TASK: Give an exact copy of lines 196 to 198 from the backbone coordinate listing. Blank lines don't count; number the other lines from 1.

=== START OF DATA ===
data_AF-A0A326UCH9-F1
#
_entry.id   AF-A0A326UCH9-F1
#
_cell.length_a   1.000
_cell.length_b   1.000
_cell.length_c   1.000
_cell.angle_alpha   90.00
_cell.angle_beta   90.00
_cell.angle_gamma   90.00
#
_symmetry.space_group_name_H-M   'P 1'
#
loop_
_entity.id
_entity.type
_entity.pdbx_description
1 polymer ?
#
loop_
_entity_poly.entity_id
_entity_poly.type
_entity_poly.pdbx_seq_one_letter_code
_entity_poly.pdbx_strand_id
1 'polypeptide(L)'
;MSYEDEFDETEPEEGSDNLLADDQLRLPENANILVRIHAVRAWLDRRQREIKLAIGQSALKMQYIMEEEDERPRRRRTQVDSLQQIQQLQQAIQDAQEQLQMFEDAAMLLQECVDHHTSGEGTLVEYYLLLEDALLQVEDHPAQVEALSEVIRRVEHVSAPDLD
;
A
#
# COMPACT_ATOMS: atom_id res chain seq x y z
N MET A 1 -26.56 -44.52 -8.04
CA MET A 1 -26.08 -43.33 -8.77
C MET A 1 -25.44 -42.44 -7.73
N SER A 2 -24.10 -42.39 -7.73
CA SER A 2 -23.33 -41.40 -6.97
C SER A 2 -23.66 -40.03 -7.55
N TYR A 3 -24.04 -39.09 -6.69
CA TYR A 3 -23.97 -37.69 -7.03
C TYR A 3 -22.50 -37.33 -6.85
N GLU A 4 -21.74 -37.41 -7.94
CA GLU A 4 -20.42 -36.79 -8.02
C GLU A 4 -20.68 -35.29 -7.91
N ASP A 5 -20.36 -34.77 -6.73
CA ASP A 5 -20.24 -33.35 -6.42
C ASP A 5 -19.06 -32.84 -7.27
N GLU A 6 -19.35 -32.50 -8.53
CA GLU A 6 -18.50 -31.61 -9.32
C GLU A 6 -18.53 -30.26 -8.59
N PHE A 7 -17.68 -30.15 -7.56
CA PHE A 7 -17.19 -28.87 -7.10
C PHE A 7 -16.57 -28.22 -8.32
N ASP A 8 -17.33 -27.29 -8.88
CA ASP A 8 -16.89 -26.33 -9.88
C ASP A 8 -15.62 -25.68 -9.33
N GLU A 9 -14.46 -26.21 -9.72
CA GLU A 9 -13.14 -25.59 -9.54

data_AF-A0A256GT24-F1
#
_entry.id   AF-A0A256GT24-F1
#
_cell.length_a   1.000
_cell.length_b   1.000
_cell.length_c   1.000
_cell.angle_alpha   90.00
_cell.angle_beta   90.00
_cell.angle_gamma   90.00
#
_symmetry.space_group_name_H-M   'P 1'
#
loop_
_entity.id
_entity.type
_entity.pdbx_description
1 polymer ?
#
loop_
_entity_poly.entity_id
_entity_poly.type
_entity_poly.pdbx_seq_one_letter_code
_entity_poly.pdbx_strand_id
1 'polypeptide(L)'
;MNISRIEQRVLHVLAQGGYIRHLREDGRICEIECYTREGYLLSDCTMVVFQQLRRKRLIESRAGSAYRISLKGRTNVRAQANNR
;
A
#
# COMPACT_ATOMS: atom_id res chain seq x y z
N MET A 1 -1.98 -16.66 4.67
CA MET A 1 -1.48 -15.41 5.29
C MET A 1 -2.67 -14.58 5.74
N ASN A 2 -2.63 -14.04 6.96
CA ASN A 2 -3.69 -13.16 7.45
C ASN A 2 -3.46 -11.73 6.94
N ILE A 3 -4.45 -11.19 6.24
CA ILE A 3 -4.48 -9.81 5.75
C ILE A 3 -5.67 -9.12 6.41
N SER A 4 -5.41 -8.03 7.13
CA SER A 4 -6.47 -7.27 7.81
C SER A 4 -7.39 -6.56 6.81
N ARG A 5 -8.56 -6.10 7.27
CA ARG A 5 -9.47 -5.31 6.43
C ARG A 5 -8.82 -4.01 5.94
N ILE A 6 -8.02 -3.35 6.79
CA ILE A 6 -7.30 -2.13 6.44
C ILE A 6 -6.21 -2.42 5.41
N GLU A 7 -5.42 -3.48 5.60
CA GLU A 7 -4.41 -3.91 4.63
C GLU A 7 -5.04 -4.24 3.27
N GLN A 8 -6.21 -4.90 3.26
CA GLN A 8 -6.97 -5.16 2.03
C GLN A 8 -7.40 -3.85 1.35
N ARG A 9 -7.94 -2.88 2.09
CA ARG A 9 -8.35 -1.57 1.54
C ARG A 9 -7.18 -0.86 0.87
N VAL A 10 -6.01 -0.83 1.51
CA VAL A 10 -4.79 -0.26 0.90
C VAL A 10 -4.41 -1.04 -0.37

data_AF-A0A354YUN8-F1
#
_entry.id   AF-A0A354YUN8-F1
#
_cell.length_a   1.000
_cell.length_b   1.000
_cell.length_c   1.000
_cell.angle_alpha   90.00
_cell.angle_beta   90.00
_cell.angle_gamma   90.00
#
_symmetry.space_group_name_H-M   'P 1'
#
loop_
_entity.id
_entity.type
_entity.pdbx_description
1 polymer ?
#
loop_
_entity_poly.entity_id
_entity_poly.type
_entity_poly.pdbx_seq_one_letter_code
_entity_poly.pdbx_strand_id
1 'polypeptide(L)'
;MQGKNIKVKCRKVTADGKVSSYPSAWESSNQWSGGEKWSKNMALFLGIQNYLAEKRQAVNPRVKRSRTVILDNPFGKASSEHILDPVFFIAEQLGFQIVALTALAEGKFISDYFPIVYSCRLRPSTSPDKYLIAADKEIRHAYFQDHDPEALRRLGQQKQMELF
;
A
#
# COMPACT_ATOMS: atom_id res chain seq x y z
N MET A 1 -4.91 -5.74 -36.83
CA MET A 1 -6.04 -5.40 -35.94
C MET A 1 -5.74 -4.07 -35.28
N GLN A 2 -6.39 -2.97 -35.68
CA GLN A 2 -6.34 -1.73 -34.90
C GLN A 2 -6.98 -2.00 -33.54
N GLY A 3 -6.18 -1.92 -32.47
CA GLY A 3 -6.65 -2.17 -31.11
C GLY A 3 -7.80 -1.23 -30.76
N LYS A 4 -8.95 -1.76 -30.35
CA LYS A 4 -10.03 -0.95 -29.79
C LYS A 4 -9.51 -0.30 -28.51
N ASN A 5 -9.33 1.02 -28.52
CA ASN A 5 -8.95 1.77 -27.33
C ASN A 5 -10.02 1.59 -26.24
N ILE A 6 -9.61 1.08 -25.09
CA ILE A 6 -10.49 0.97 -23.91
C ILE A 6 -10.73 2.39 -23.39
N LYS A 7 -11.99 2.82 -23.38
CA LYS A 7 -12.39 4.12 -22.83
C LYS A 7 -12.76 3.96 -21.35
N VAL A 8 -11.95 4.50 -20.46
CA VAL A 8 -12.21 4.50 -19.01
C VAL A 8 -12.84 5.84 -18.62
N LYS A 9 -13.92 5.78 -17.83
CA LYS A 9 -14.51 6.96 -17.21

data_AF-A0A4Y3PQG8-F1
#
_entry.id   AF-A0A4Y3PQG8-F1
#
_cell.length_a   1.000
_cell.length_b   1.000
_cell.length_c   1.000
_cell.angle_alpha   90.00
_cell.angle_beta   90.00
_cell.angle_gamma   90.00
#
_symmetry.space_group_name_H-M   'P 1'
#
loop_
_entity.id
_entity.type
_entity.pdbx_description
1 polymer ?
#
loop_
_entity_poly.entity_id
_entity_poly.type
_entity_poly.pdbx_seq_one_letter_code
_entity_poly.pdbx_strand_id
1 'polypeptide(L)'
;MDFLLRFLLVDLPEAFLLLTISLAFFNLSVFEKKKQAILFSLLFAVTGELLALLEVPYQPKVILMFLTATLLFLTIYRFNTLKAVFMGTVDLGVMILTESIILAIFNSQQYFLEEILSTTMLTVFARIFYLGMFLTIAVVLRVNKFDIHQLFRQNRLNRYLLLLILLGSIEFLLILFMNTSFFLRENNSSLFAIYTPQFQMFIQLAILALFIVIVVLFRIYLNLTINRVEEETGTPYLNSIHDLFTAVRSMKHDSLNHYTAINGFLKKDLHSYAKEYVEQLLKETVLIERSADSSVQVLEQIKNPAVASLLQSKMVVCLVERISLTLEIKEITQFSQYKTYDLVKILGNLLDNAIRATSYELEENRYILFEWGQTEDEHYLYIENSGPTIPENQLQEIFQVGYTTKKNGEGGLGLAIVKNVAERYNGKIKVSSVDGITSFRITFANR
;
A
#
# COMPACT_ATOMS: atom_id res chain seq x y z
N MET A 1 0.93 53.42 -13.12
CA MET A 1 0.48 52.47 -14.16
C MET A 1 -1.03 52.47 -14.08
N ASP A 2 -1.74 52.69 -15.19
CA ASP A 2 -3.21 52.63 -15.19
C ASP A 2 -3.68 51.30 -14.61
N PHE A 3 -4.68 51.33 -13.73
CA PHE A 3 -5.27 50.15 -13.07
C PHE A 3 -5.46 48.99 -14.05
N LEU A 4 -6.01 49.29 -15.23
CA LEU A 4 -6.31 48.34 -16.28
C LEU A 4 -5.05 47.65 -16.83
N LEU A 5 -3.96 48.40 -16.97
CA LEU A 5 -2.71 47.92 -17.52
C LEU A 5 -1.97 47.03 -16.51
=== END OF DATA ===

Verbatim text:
_entity_poly.pdbx_strand_id
1 'polypeptide(L)'
;MDFLLRFLLVDLPEAFLLLTISLAFFNLSVFEKKKQAILFSLLFAVTGELLALLEVPYQPKVILMFLTATLLFLTIYRFNTLKAVFMGTVDLGVMILTESIILAIFNSQQYFLEEILSTTMLTVFARIFYLGMFLTIAVVLRVNKFDIHQLFRQNRLNRYLLLLILLGSIEFLLILFMNTSFFLRENNSSLFAIYTPQFQMFIQLAILALFIVIVVLFRIYLNLTINRVEEETGTPYLNSIHDLFTAVRSMKHDSLNHYTAINGFLKKDLHSYAKEYVEQLLKETVLIERSADSSVQVLEQIKNPAVASLLQSKMVVCLVERISLTLEIKEITQFSQYKTYDLVKILGNLLDNAIRATSYELEENRYILFEWGQTEDEHYLYIENSGPTIPENQLQEIFQVGYTTKKNGEGGLGLAIVKNVAERYNGKIKVSSVDGITSFRITFANR